But when he gets it right, the results can be stunning, and one such moment is the glorious 'Not Love' which provides one of the album's finest moments, using a simple piano melody and other basic ingredients to build a wonderful verse and lead into an unforgettable chorus. 'Can't Love You Anymore' grows in a similar way, a dark love song that holds a poignant double meaning, but despite a spine-tingling moment where Jones raises his voice up a tone during the brilliant verse, it falls flat when the chorus collapses under its own weight through trying to be as massively emotional as possible. 

'Don't Wake Me' takes a different route, drifting by in a hazy fashion with a simplified but dreamy chorus before the satisfyingly creepy 'I'm Not A Killer' provides the album with a much-needed injection of sinister vibes, mixing things up with tinny hip hop beats, a filthy bassline and bursts of striking brass before ending with chaotic free jazz horns. '' exists in an even darker place and combines Jones's talent for crafting beautiful pop melodies with disturbing and creepy lyrics, as he documents a perverted internet predator stalking one of his victims. It encapsulates what Jones does best and it proves to be another wonderful moment on this record, but sadly it's followed by 'A Little More Each Day', a syruppy ballad with a cloying and tedious chorus that ranks as the worst offender here. 'Song For The Functioning Alcoholic' works in the same way as 'Ex Maniac''s 'Bastard', using a basic melody and blunt lyrics to create something simple and very catchy. However the chorus is another big let down. When Jones comes up with a lyric like "now I'm crucified to a Christmas tree in the shopping mall" it's obvious that he's capable of coming up with a much better chorus than "I'm fine, I'm fine, I'm fine, I'm fine, I'm fine, I'm fine, I'm fine, I'm fine, I'm fine, I'm fine".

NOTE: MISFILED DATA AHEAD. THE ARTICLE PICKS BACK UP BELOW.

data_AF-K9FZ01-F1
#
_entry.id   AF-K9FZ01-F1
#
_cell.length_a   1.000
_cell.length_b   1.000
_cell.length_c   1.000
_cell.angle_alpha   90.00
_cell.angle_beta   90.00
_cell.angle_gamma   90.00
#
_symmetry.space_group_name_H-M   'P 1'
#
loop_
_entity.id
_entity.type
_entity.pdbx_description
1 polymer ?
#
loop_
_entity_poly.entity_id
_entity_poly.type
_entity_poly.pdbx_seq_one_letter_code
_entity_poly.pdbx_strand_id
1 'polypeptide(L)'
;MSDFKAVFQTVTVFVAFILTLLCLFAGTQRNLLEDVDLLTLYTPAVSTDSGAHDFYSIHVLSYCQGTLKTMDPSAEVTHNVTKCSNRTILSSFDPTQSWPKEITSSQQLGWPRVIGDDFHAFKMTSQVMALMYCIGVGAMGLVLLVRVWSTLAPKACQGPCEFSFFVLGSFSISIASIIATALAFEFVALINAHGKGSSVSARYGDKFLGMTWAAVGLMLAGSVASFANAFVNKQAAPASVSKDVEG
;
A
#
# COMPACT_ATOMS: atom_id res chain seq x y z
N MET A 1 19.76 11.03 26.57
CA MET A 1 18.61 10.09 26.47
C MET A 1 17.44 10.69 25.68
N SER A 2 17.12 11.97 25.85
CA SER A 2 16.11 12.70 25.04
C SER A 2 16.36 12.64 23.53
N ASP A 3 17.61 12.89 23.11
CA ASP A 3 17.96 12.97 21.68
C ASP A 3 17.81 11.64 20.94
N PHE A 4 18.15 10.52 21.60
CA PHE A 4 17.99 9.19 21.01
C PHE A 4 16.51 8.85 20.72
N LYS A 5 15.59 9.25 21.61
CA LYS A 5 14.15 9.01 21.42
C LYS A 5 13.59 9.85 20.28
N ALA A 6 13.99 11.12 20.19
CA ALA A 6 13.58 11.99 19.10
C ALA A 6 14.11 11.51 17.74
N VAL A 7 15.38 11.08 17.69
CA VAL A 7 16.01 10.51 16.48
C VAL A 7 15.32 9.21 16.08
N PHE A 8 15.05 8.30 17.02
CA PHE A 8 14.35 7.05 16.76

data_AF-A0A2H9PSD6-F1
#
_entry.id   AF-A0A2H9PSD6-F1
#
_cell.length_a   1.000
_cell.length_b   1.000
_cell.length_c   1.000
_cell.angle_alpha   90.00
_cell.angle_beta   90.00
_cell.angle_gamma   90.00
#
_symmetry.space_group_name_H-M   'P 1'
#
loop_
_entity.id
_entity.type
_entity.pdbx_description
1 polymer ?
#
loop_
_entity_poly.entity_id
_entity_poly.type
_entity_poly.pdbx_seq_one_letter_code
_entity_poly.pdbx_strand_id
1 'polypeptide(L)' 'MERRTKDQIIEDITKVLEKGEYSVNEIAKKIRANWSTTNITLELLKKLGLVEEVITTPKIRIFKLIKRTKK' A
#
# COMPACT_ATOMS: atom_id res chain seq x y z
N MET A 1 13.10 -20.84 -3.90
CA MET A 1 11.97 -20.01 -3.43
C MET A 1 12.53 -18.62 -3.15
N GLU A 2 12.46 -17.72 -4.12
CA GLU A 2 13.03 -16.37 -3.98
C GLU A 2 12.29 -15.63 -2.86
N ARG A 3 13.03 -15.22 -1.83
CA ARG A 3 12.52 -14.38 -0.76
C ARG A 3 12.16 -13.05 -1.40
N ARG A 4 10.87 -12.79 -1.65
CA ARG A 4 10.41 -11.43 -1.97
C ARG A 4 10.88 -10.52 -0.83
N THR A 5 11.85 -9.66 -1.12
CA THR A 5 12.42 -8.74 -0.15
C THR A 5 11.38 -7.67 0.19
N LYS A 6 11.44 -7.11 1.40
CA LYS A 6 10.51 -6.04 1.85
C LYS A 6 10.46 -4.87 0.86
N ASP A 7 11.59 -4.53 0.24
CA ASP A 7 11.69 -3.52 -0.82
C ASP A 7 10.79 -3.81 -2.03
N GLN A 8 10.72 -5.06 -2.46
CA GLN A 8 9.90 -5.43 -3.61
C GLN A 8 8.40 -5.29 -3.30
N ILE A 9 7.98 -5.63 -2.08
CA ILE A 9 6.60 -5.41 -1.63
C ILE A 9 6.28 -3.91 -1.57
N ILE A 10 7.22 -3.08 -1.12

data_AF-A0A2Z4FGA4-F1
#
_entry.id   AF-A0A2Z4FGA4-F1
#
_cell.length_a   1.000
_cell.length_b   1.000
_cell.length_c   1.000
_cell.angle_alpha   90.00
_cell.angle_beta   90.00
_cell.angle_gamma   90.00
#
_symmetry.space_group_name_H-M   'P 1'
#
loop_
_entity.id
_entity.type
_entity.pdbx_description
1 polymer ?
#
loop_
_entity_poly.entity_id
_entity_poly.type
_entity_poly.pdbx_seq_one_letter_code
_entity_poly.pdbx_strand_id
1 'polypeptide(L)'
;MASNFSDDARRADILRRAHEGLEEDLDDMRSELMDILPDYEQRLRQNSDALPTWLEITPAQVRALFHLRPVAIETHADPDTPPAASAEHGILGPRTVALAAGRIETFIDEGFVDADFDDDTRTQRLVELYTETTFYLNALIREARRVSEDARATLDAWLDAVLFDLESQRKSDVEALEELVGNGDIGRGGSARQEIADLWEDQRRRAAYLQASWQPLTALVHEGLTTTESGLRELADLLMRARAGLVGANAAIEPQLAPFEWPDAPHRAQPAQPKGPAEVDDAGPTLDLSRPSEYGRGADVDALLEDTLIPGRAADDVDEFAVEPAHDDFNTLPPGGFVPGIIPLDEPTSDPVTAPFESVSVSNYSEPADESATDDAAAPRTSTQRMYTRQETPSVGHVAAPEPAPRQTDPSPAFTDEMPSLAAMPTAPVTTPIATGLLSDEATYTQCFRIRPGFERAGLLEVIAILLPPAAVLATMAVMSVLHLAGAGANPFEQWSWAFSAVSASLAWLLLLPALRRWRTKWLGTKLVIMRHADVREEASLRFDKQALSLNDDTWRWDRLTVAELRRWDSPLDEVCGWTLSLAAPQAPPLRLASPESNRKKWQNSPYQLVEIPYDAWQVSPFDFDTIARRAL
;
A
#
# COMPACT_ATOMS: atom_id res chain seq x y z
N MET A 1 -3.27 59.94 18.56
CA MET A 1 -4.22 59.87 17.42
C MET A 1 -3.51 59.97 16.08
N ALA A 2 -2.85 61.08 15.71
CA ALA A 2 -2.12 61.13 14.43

Thankfully the final two tracks work brilliantly and bring out the very best in the piano ballad direction that a lot of this album takes. 'The World Is Ours' is elegant, charming and absolutely pours out emotion, the arrangement beautifully toned down and every word sounding truly passionate when Jones's gentle croon lifts itself into a soaring cry. The closing 'Remember Us' is similarly minimal, made up of piano, strings and another skyrocketting vocal, with a soft hint of brass arriving during the final chorus to magical effect. This song will have you in floods of tears if you're trying to get over a break up, that's for sure.

Moments like that may be wonderful, but overall 'the Pleasures Of Self Destruction' is a slightly disappointing album from a great artist, but with at least five Babybird classics it certainly isn't a failure, and some people may warm to the tracks that I'm not too keen on. There is a great sadness at the heart of this collection of songs, a record that tells stories of failed romance, lost love and bitter regrets. when Jones is at his best the results are nothing short of incredible, but overall this album is not quite consistent enough to be ranked as one of Babybird's best. But it's still well worth investing in for those magic moments that this truly gifted musician is capable of. 7

(UPDATE NOVEMBER 2012 - Over a year after this album's release and it has grown on me massively. A brilliant record that now gets an 8 out of 10)

Listen to the best tracks from 'The Pleasures Of Self Destruction' for free here (Spotify needed):

No comments:

Post a Comment